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   ARTICLE   |   From Scotsman Guide Residential Edition   |   June 2007

Commercial Applications: Step by Step

The commercial-application process differs from residential; here’s what you need to know

With the decline in home construction and sales in the single-family-housing market, many residential mortgage brokers are searching for information and instruction about originating and funding commercial mortgages.

It is difficult to originate any product when you do not understand the process. But if you understand the general application process and how it flows from origination to closing, you can be successful in the commercial mortgage business.

The more you can visualize yourself handling commercial loans, the quicker you will begin to see opportunities everywhere you turn.

The following steps give you an idea of how the process works:

  1. Get the word out. Let all your contacts and prospects know that you can handle their commercial loans, as well as their residential loan needs. Call potential referral sources, and advertise your commercial capability in the phone book, brochures, Web sites and newsletters.

  2. Get the borrower’s story and request documentation. When a commercial loan request comes your way, interview the borrower carefully to determine the story behind the request and whether it appears feasible.

  3. Schedule an appointment when the borrower has the documents together. E-mail the borrower a commercial application and include a checklist of the required supporting documentation. 

    When the borrower has gathered all the necessary documentation, schedule an appointment, preferably at the subject property. Collect the requested documents from the borrower and take photos of the site. Determine the loan amount needed and the feasibility based on loan to value using your best property-value estimate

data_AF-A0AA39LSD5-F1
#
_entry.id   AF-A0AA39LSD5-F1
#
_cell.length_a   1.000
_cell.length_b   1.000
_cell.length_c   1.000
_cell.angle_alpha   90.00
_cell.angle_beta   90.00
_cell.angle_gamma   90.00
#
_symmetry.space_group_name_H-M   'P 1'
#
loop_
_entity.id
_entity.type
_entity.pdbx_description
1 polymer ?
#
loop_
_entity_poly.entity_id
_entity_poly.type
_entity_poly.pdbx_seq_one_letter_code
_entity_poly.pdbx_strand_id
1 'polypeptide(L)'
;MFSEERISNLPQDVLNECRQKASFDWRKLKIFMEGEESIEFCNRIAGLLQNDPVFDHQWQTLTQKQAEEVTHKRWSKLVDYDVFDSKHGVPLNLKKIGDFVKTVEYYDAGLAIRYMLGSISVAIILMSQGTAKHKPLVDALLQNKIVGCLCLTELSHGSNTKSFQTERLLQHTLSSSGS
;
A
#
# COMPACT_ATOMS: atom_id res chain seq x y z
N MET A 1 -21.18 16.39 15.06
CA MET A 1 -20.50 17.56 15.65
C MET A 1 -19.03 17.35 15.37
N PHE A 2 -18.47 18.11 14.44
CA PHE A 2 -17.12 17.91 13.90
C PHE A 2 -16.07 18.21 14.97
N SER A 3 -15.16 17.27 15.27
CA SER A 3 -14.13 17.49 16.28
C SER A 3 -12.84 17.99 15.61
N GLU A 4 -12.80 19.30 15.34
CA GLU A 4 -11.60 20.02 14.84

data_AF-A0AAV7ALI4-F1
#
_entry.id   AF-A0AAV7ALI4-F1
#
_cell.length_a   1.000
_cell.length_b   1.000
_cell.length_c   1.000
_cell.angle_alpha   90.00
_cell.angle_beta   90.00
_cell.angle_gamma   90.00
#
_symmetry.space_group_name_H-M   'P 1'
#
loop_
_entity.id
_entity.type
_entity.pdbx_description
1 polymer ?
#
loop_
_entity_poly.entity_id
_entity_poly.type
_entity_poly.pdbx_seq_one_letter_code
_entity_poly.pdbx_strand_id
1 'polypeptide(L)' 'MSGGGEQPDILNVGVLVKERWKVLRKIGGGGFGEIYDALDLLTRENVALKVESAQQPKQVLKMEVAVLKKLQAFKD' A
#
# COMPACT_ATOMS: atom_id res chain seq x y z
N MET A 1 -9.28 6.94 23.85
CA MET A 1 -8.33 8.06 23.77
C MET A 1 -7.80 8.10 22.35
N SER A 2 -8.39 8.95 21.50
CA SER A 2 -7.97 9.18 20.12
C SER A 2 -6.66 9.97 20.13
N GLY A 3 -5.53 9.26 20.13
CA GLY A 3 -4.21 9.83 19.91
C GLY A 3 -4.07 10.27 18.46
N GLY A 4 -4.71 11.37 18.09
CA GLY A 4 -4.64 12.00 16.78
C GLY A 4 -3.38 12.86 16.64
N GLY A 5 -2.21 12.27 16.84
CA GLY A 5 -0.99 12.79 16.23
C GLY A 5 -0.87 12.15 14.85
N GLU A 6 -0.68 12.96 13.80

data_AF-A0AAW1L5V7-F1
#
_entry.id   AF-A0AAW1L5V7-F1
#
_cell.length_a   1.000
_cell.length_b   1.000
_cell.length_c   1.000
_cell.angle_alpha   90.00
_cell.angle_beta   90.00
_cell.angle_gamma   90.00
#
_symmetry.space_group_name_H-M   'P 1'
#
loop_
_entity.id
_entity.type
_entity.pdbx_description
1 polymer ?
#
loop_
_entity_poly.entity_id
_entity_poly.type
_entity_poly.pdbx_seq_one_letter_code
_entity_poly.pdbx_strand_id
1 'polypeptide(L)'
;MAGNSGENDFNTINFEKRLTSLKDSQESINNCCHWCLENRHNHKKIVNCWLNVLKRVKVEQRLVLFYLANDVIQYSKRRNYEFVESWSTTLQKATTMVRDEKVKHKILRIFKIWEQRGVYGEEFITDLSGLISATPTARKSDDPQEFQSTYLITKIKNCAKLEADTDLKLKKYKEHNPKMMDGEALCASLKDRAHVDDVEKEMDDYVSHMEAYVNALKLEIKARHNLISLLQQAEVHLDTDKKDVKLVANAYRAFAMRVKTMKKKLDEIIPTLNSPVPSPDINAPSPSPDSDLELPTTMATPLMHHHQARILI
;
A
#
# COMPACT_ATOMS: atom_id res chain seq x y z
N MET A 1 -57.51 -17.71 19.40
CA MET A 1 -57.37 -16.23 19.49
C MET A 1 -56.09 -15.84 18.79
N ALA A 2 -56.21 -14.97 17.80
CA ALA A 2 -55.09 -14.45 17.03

4. Do a pre-analysis. Carefully analyze the documentation to determine the borrower’s creditworthiness, and complete an initial write-up of your loan request.

  5. Select a lender. Select the lender based on the loan size, loan type, credit quality and whether the loan will be stated or full-documentation.

  6. Discuss the proposed loan with the lender. Once you have selected a lender, e-mail a write-up and discuss the loan request to determine the lender’s level of interest, available terms and pricing. Know the lender’s history. Ask for references and contact them.

  7. Submit the application package to the lender. Be sure to include documentation.

  8. Find out what additional documentation the lender needs. The lender will determine, based on the documentation it receives, if any additional paperwork is necessary before proceeding. The lender also should also confirm the possible terms and pricing discussed in step No. 6.

  9. Notify the borrower of the proposed terms. Contact the borrower to discuss the lender’s proposed terms and the additional documentation being requested. Be prepared to renegotiate with the lender.

  10. Get the conditional commitment from the lender. After reviewing the additional documentation, if it is acceptable, the lender will issue a conditional commitment (or equivalent) that outlines the proposed terms, pricing and conditions. It will need to be signed and returned by the borrower with an advance fee for third-party reports.

  11. Collect a commitment fee and signed conditional commitment. Review and discuss the conditional commitment with the borrower. If agreed, collect the advance fee. Then forward the commitment fee to the lender along with the signed conditional commitment.

  12. The lender sends the completed application package and appraisal to its credit committee. When it receives the commitment fee and conditional commitment, the lender will order the property appraisal and other third-party reports. It also will submit the application to its credit committee for approval subject to any additional documentation and third-party reports required, such as surveys and environmental reports.

  13. Get the loan decision. If the lender denies the loan, it will sometimes refund the commitment minus any third-party expenses such as appraisal costs. This should be discussed before the fee is paid, however. If the borrower agrees, resubmit the loan package to another lender.

If the lender approves the loan, it will issue and coordinate closing instructions with input from all involved parties. Obtain a copy of proposed settlement statement for review before closing.

Always attend the closing and ensure that all questions are answered. Anything can happen, and you should be present to protect the borrower’s interests.


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